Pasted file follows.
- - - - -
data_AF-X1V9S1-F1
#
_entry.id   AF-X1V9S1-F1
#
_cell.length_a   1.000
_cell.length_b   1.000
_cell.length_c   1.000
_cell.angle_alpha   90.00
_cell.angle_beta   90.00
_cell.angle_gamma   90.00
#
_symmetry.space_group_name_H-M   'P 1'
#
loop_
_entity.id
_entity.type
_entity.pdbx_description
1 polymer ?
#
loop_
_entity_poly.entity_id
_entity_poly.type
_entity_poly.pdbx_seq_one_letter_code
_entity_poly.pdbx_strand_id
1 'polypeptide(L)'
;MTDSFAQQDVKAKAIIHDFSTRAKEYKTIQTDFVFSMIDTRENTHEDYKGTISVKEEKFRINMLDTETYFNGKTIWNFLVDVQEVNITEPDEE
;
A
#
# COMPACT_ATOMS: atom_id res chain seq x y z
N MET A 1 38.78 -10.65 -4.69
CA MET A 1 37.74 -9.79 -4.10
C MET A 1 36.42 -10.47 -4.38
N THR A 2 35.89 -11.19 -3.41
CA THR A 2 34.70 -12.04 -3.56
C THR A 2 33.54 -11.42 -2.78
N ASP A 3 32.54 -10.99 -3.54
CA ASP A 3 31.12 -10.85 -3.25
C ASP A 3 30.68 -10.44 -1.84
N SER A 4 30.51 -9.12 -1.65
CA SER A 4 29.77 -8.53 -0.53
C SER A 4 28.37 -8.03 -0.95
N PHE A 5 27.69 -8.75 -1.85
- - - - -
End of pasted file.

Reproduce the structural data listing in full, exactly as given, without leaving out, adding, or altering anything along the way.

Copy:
data_AF-X1V9S1-F1
#
_entry.id   AF-X1V9S1-F1
#
_cell.length_a   1.000
_cell.length_b   1.000
_cell.length_c   1.000
_cell.angle_alpha   90.00
_cell.angle_beta   90.00
_cell.angle_gamma   90.00
#
_symmetry.space_group_name_H-M   'P 1'
#
loop_
_entity.id
_entity.type
_entity.pdbx_description
1 polymer ?
#
loop_
_entity_poly.entity_id
_entity_poly.type
_entity_poly.pdbx_seq_one_letter_code
_entity_poly.pdbx_strand_id
1 'polypeptide(L)'
;MTDSFAQQDVKAKAIIHDFSTRAKEYKTIQTDFVFSMIDTRENTHEDYKGTISVKEEKFRINMLDTETYFNGKTIWNFLVDVQEVNITEPDEE
;
A
#
# COMPACT_ATOMS: atom_id res chain seq x y z
N MET A 1 38.78 -10.65 -4.69
CA MET A 1 37.74 -9.79 -4.10
C MET A 1 36.42 -10.47 -4.38
N THR A 2 35.89 -11.19 -3.41
CA THR A 2 34.70 -12.04 -3.56
C THR A 2 33.54 -11.42 -2.78
N ASP A 3 32.54 -10.99 -3.54
CA ASP A 3 31.12 -10.85 -3.25
C ASP A 3 30.68 -10.44 -1.84
N SER A 4 30.51 -9.12 -1.65
CA SER A 4 29.77 -8.53 -0.53
C SER A 4 28.37 -8.03 -0.95
N PHE A 5 27.69 -8.75 -1.85